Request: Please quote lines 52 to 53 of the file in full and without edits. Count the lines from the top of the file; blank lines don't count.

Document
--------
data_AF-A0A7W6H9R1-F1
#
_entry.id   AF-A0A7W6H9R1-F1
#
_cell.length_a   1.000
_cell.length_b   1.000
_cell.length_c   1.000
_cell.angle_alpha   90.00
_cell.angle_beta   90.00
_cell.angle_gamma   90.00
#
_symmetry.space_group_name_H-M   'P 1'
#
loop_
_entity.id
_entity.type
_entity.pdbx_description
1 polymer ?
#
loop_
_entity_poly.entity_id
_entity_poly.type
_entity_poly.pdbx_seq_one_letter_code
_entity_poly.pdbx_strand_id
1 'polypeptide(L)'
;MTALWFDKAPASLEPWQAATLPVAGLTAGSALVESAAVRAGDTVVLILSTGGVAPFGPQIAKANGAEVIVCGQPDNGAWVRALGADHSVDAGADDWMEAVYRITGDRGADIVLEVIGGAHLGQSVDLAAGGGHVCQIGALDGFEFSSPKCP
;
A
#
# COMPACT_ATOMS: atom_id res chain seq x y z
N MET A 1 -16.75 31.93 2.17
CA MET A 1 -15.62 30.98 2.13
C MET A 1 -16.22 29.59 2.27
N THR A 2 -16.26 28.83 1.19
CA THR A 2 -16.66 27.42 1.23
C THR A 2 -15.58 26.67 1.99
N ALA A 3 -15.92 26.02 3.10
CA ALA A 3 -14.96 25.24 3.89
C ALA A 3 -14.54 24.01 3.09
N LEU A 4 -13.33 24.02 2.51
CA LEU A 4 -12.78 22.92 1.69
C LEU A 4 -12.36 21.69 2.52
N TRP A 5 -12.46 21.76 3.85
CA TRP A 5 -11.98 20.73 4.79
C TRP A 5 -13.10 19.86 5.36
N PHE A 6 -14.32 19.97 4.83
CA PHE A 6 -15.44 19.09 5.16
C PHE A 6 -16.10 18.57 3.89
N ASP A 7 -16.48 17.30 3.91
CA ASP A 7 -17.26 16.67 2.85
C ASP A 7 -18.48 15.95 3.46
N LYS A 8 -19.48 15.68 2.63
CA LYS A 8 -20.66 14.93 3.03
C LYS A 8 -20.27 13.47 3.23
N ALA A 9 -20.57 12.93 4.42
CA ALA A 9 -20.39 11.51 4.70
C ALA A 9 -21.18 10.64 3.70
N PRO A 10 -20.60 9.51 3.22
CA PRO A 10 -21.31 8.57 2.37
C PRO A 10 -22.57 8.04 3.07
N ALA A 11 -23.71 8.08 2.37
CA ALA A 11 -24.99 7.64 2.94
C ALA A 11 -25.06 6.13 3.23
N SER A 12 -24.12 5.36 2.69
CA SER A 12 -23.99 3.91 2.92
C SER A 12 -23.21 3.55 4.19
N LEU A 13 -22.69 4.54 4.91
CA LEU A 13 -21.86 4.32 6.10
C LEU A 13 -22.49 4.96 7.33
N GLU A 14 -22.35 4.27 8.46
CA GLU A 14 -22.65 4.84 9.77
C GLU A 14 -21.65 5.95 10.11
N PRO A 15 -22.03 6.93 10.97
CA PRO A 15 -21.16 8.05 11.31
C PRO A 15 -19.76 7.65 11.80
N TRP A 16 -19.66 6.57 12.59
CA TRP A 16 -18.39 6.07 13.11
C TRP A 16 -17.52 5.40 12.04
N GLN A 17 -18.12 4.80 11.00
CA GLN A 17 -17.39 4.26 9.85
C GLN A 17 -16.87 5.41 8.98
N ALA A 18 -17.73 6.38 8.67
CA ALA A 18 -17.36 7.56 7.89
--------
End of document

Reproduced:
N LYS A 8 -19.48 15.68 2.63
CA LYS A 8 -20.66 14.93 3.03